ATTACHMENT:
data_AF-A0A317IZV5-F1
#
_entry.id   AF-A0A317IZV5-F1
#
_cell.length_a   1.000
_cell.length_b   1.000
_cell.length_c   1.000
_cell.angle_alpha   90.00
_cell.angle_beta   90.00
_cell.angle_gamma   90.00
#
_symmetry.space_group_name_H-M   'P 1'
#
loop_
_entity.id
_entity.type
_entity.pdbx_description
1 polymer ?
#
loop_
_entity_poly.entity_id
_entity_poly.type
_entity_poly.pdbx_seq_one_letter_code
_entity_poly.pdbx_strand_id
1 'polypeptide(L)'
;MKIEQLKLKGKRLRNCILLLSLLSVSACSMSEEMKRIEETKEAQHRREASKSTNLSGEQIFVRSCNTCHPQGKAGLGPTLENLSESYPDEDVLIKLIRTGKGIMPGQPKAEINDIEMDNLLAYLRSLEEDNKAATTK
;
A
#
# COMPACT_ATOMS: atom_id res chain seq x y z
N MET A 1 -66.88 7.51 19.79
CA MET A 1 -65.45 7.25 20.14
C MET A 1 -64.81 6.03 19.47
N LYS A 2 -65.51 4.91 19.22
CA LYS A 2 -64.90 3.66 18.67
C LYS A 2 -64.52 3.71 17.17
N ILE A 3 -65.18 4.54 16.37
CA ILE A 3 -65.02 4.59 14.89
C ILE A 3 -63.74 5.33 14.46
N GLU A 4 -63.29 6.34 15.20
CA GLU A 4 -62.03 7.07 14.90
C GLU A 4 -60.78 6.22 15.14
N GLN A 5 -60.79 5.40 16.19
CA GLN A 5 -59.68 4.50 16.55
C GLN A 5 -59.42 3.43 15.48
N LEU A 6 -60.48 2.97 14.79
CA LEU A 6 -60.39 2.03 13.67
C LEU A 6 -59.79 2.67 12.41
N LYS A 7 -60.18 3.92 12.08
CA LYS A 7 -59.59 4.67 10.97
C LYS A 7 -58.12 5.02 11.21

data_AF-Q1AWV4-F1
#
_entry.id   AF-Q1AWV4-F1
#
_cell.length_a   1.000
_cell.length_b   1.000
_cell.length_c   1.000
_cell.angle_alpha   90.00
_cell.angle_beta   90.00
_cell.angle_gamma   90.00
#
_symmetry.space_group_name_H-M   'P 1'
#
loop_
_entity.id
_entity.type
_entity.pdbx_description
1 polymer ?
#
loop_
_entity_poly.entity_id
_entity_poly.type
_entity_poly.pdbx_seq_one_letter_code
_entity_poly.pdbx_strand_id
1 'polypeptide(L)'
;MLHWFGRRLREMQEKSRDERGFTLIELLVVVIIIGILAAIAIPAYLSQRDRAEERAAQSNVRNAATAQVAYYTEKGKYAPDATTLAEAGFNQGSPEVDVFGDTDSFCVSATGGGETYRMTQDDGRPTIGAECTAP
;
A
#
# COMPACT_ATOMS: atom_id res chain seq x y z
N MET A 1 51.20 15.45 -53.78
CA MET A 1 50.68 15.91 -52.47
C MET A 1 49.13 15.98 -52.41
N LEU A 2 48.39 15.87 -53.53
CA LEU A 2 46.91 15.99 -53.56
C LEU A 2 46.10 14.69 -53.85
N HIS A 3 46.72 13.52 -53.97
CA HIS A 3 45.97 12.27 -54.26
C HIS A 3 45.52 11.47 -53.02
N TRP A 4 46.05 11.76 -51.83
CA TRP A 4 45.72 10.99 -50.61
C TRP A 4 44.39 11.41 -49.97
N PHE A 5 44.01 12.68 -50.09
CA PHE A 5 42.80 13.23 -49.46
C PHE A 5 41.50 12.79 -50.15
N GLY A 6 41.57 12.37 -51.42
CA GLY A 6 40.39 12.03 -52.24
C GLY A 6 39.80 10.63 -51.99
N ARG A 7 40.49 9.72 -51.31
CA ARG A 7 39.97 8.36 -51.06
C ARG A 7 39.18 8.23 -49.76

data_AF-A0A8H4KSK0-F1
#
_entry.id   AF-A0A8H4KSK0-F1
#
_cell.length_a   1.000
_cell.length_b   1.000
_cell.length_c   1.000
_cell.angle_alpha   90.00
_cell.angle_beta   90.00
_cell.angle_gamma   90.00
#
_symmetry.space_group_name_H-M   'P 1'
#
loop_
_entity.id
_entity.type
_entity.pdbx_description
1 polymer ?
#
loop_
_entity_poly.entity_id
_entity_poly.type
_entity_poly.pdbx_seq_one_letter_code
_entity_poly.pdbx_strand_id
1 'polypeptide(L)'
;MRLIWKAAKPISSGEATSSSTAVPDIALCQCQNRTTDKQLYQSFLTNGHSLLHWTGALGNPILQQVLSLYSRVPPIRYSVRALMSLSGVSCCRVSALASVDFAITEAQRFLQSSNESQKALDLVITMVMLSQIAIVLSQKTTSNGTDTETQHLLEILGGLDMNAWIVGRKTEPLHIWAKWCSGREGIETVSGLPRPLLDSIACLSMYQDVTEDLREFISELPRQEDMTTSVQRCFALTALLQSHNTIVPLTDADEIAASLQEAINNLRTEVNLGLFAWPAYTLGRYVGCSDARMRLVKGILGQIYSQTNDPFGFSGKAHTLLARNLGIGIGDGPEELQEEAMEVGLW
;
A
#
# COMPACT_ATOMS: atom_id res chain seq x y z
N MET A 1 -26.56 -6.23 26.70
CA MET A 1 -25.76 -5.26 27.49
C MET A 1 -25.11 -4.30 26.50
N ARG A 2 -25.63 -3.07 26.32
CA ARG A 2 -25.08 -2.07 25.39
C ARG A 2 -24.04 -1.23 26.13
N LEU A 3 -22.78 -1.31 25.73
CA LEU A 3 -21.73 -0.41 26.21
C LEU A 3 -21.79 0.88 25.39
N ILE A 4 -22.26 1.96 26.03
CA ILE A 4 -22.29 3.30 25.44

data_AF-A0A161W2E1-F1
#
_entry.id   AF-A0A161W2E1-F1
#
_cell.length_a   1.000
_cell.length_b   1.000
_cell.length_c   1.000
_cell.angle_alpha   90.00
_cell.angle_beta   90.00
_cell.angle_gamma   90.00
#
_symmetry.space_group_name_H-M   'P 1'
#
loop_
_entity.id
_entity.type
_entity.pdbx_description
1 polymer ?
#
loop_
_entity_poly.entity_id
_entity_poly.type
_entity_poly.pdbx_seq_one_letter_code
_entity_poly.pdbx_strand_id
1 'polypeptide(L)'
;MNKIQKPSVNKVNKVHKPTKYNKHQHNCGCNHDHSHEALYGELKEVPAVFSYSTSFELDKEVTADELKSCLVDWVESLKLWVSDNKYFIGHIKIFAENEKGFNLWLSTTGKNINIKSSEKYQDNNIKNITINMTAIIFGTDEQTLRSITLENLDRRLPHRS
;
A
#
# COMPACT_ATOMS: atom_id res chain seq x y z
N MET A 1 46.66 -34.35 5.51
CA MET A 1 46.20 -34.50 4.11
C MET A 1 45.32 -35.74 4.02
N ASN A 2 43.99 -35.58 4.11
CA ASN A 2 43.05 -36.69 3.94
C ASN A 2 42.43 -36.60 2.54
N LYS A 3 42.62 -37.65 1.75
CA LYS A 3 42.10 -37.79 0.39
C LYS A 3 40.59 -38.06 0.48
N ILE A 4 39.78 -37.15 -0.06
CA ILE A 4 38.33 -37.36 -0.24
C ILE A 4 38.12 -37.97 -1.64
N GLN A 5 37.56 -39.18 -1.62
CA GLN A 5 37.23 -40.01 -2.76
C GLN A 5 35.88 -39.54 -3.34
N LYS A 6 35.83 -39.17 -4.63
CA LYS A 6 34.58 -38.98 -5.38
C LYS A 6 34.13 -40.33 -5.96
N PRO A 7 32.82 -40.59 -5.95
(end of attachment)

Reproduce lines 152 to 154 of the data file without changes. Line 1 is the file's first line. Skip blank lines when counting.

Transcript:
_cell.angle_beta   90.00
_cell.angle_gamma   90.00
#